Instagram makes it easier to get your account back if you’ve been hacked

Instagram makes it easier to get your account back if you’ve been hacked

Young man sitting at home, feeling depressed and trying to think about bad news he reads online using a smartphone

Photo: Ivan Pantic/Getty Images

Facebook parent Meta has announced a number of new security support initiatives, including Instagram’s new account support service to help users whose accounts have been compromised.

Instagram has rolled out the site — — where users can go if they can’t log into their account. Whatever the reason, whether it’s an account hack or forgotten password, the page flow helps users report and resolve account access issues.

Instagram is also rolling out a feature it tested earlier this year that lets users ask two friends to verify their identity to regain access to an account.

“If you get locked out of your account, you’ll be able to choose two of your Instagram friends to verify your identity and get back into your account,” Instagram notes in a blog post.

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The account security update for Instagram is part of a broader account security effort from parent Meta across its core apps.

In addition, Meta is increasing the verified blue badge on Instagram to make it visible in stories and direct messages to help people verify that the accounts they use are authentic.

It also tests “imposter alerts”, where the systems detect an account that is malicious or impersonating someone to get others to follow. Over the next few months, it will also send warnings if an account that could impersonate a business sends a user a direct message.

Also on the cards is live chat support on Facebook for 30 countries after a nine-country test, according to Nathaniel Gleicher, head of security policy, and Jimena Almendares, head of support and customer experience.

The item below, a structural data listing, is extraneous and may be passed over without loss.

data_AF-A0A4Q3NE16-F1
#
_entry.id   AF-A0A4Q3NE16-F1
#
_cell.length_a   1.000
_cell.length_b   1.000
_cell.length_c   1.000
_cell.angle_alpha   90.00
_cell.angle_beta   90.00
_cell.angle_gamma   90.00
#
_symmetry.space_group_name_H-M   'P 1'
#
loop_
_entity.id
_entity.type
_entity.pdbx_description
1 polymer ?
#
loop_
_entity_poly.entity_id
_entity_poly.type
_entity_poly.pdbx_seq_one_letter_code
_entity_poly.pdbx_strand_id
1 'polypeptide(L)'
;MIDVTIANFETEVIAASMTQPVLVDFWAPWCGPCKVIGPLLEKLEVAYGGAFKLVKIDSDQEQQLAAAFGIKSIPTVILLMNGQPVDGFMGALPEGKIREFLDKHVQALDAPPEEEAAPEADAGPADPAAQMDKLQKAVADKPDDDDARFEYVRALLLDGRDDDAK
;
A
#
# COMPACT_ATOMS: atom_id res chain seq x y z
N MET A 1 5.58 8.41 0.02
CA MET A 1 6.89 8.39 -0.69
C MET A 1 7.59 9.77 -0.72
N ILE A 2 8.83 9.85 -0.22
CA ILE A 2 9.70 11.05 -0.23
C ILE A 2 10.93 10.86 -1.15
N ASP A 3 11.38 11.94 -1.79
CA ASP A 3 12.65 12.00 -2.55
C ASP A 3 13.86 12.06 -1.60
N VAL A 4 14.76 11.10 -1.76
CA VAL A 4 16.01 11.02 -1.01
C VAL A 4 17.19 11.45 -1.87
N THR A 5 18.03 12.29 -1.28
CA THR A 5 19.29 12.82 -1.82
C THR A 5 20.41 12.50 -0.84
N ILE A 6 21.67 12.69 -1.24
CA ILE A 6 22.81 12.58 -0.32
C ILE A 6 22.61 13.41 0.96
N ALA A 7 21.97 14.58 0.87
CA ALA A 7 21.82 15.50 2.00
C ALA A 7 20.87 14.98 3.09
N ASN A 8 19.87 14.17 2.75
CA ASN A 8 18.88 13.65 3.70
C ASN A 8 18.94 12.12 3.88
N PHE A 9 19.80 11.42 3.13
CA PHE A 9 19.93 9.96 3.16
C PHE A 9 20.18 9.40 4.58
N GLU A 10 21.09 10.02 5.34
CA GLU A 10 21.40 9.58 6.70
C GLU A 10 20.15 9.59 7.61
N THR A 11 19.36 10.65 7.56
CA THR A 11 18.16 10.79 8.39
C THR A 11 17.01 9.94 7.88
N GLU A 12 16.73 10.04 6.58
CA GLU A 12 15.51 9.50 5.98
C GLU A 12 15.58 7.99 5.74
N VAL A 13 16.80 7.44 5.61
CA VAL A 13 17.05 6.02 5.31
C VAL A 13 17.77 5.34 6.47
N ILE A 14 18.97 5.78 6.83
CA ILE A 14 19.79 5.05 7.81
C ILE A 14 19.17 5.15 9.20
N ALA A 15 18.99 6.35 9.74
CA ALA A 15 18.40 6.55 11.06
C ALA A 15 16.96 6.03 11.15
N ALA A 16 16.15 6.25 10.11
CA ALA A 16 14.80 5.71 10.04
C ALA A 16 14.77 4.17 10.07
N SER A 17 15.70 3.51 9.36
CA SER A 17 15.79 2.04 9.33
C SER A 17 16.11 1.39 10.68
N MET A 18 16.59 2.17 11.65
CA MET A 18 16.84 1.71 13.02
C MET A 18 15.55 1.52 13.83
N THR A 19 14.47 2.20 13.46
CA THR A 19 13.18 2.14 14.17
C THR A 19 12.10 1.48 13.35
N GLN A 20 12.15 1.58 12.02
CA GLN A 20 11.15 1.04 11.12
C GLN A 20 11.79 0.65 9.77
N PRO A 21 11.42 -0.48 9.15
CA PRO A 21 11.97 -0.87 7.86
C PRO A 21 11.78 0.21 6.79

“This year we carefully developed a small test of a live chat support feature on Facebook and we are starting to see positive results. During the month of October, for example, we offered our live chat support option to over one million people in nine countries, and we now plan to expand this test to more than 30 countries around the world,” they said in a joint blog post.

Ben Nimmo, Meta’s global threat intelligence leader, and David Agranovich, director of threat disruption, also provided an update on Meta’s work across Facebook to disrupt influencers who violate the Coordinated Inauthentic Behavior (CIB) guidelines.

Meta says it has disrupted 200 global influence operations since 2017, operating from 68 countries in at least 42 languages. The top targets of these networks were the United States, Ukraine and the United Kingdom. The source of most of these CIB networks was Russia (34), Iran (29) and Mexico (13).

There has been an alarming, but not surprising, increase in the use of AI-generated images for profile pictures of CIB actors. The images are generated with free generative adversarial network (GANs) apps. Meta says that just under 80% of the CIB networks it thwarted this year contained accounts likely to have GAN-generated profile pictures, up from 20% in 2021.

Nimmo and Agranovich believe that threat actors can use them to make fake accounts look more authentic and to avoid detection by researchers who use reverse image searches to discover stock photos in profile pictures.


Source: Meta

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